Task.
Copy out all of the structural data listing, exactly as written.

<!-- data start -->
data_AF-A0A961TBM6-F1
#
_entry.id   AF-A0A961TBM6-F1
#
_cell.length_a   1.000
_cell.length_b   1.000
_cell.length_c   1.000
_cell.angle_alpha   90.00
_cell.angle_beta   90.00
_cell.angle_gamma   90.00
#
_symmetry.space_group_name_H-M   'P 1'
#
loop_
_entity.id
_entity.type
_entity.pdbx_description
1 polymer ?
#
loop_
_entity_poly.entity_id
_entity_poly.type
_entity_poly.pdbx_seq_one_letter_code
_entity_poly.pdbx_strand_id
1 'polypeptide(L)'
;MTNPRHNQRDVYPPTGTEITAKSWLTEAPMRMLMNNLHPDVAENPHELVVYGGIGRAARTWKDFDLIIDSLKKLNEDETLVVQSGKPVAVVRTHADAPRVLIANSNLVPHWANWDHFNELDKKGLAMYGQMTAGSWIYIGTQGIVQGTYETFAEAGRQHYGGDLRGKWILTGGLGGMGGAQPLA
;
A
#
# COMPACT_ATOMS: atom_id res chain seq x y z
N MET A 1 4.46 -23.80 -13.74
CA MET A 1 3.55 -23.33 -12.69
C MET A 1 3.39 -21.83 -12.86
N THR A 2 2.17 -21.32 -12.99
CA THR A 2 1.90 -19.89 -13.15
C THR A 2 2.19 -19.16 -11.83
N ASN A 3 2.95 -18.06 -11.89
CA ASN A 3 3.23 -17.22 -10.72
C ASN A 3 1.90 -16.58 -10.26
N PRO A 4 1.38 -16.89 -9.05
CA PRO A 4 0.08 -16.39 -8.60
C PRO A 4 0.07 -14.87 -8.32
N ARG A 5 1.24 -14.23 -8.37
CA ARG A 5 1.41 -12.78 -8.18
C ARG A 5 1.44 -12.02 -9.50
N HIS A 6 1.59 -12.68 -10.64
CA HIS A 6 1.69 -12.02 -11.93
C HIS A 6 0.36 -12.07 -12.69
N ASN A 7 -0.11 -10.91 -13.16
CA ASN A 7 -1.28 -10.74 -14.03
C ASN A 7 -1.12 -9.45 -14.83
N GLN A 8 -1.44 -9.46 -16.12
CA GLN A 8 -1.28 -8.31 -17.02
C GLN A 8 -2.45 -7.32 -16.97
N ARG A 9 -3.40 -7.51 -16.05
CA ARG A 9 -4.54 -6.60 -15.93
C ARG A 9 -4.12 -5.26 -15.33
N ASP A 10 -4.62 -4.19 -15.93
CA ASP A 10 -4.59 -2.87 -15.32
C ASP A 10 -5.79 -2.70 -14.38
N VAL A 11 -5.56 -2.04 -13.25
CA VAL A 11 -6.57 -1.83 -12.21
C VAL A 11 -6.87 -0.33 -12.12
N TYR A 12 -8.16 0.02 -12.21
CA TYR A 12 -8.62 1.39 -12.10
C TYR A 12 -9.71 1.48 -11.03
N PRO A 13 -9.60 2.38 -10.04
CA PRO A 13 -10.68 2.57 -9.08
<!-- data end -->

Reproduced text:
data_AF-A0A961TBM6-F1
#
_entry.id   AF-A0A961TBM6-F1
#
_cell.length_a   1.000
_cell.length_b   1.000
_cell.length_c   1.000
_cell.angle_alpha   90.00
_cell.angle_beta   90.00
_cell.angle_gamma   90.00
#
_symmetry.space_group_name_H-M   'P 1'
#
loop_
_entity.id
_entity.type
_entity.pdbx_description
1 polymer ?
#
loop_
_entity_poly.entity_id
_entity_poly.type
_entity_poly.pdbx_seq_one_letter_code
_entity_poly.pdbx_strand_id
1 'polypeptide(L)'
;MTNPRHNQRDVYPPTGTEITAKSWLTEAPMRMLMNNLHPDVAENPHELVVYGGIGRAARTWKDFDLIIDSLKKLNEDETLVVQSGKPVAVVRTHADAPRVLIANSNLVPHWANWDHFNELDKKGLAMYGQMTAGSWIYIGTQGIVQGTYETFAEAGRQHYGGDLRGKWILTGGLGGMGGAQPLA
;
A
#
# COMPACT_ATOMS: atom_id res chain seq x y z
N MET A 1 4.46 -23.80 -13.74
CA MET A 1 3.55 -23.33 -12.69
C MET A 1 3.39 -21.83 -12.86
N THR A 2 2.17 -21.32 -12.99
CA THR A 2 1.90 -19.89 -13.15
C THR A 2 2.19 -19.16 -11.83
N ASN A 3 2.95 -18.06 -11.89
CA ASN A 3 3.23 -17.22 -10.72
C ASN A 3 1.90 -16.58 -10.26
N PRO A 4 1.38 -16.89 -9.05
CA PRO A 4 0.08 -16.39 -8.60
C PRO A 4 0.07 -14.87 -8.32
N ARG A 5 1.24 -14.23 -8.37
CA ARG A 5 1.41 -12.78 -8.18
C ARG A 5 1.44 -12.02 -9.50
N HIS A 6 1.59 -12.68 -10.64
CA HIS A 6 1.69 -12.02 -11.93
C HIS A 6 0.36 -12.07 -12.69
N ASN A 7 -0.11 -10.91 -13.16
CA ASN A 7 -1.28 -10.74 -14.03
C ASN A 7 -1.12 -9.45 -14.83
N GLN A 8 -1.44 -9.46 -16.12
CA GLN A 8 -1.28 -8.31 -17.02
C GLN A 8 -2.45 -7.32 -16.97
N ARG A 9 -3.40 -7.51 -16.05
CA ARG A 9 -4.54 -6.60 -15.93
C ARG A 9 -4.12 -5.26 -15.33
N ASP A 10 -4.62 -4.19 -15.93
CA ASP A 10 -4.59 -2.87 -15.32
C ASP A 10 -5.79 -2.70 -14.38
N VAL A 11 -5.56 -2.04 -13.25
CA VAL A 11 -6.57 -1.83 -12.21
C VAL A 11 -6.87 -0.33 -12.12
N TYR A 12 -8.16 0.02 -12.21
CA TYR A 12 -8.62 1.39 -12.10
C TYR A 12 -9.71 1.48 -11.03
N PRO A 13 -9.60 2.38 -10.04
CA PRO A 13 -10.68 2.57 -9.08